Brendan McLeod, a thirty year old Canadian with OCD, is touring Canada performing his monologue “Brain” to raise awareness about the condition.
McLeod first realized he might have OCD in seventh grade when he would fear “”If I don’t do 30 [repetitions of the Lord’s Prayer] in a row that are perfect, my mom will get hurt, my dad will get hurt, or my dog will die.” He described that compulsion as his first clue that he might have OCD, and he has been living with it ever since.
One important element of the show is to poke lighthearted fun at OCD with others diagnosed with the condition and their friends and family. “Performance is a catharsis,”McLeod said. “Sharing that with other people is really helpful. Hearing their own experiences normalizes my own experiences.”
OCD generally falls into two categories: obsessions and compulsions. Melanie Badali, a psychologist at North Shore Stress and Anxiety Clinic in Vancouver, described obsession as sudden thoughts that “don’t really fit [in a person’s mind].” McLeod’s fear of harm befalling his family would fit the description of OCD obsession. Compulsion, on the other hand, manifests as habits motivated by anxiety, such as constantly organizing or cleaning. McLeod’s habit of performing the Lord’s Prayer thirty times each night is a compulsive behavior, for example.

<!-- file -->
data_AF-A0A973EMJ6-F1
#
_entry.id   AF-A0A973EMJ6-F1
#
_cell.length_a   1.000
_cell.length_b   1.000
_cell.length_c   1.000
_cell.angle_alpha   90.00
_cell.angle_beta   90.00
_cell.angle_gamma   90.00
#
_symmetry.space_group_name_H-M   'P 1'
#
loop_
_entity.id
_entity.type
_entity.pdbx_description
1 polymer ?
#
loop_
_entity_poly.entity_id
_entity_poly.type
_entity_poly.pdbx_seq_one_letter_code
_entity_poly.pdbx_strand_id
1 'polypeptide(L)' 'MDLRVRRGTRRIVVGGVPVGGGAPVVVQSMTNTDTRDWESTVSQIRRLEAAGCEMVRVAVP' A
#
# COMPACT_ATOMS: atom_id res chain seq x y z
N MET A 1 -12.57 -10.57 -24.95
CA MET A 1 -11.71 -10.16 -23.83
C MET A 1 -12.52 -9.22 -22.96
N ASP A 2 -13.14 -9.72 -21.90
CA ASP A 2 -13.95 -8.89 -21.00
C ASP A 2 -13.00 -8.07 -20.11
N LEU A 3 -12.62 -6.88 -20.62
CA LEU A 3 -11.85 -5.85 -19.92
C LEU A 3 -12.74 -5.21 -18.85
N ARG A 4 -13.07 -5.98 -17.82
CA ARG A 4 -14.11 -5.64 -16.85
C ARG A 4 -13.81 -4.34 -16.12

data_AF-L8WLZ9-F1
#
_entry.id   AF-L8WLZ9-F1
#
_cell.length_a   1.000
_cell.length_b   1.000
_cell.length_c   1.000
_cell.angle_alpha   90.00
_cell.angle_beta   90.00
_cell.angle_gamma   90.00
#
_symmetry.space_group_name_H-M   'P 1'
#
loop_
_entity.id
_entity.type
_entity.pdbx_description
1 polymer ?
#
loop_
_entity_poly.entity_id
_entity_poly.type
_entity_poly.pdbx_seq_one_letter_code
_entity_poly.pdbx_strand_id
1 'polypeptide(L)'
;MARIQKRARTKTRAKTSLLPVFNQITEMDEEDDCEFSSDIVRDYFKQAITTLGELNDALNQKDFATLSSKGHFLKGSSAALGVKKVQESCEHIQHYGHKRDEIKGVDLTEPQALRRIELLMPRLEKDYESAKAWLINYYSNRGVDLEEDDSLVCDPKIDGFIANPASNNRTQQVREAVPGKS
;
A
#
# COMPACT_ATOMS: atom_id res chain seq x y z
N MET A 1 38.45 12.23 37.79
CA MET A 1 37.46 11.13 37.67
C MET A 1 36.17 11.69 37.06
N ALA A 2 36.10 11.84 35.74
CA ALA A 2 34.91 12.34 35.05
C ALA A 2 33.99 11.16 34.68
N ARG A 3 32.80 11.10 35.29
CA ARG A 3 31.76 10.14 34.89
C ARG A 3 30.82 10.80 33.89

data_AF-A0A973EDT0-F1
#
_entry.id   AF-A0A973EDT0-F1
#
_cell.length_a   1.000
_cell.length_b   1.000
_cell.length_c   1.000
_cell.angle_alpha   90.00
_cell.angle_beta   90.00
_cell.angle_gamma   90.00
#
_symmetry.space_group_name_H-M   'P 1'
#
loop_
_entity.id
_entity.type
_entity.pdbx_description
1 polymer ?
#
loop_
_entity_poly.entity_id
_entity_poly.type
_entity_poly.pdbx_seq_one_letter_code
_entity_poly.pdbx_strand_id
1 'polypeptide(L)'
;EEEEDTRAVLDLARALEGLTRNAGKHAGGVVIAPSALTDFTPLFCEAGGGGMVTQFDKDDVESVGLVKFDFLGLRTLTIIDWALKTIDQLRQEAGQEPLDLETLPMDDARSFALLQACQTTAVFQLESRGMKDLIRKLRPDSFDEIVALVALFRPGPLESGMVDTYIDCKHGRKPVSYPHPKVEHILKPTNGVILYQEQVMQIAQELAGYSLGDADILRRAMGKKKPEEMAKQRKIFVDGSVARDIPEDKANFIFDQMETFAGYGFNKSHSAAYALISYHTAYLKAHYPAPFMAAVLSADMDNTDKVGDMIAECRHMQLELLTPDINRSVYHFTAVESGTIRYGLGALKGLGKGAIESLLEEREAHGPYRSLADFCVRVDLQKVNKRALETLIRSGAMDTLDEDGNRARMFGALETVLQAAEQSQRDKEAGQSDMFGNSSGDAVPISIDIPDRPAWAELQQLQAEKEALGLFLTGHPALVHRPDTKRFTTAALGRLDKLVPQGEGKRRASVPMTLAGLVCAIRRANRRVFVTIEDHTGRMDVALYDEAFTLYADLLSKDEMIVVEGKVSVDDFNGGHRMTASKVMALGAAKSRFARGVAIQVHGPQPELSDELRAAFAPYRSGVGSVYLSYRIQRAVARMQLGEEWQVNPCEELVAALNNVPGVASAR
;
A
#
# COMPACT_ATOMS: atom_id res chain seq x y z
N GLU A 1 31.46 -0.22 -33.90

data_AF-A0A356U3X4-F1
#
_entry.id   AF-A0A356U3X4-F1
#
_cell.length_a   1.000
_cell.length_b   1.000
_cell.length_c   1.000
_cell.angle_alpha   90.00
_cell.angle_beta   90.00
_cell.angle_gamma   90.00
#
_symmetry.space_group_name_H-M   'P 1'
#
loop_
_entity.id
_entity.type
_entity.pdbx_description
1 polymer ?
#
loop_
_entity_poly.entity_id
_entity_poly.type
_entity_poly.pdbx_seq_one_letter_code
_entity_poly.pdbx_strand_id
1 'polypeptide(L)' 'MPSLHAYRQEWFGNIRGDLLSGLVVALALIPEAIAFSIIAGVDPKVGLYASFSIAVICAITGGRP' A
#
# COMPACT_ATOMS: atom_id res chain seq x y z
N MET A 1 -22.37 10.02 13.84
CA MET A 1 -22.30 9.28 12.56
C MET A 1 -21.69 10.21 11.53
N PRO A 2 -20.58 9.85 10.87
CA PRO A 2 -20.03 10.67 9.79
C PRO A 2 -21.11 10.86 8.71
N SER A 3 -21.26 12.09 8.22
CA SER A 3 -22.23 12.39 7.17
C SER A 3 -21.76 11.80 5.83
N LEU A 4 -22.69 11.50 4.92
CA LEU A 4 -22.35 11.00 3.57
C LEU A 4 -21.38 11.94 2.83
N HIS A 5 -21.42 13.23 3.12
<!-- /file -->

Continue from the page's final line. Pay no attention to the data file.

Talking to people, for me, has been the savior. You have to get to the point where you are not afraid to say the thoughts out loud and tell them to someone, because then you can separate yourself from them.
McLeod still sometimes experiences dark thoughts about violence affecting his friends and family, which can lead to self-blame for thinking about such things. He says the communication that his show facilitates has been a positive force. As he puts it, “Talking to people, for me, has been the savior. You have to get to the point where you are not afraid to say the thoughts out loud and tell them to someone, because then you can separate yourself from them.”
For McLeod and the thousands of people who have watched his show, sharing the experience of OCD through performance has been a force for good.
For more about Brendan, visit his website: brendanmcleod.ca
This piece is based on an article by CBC News, which can be seen here.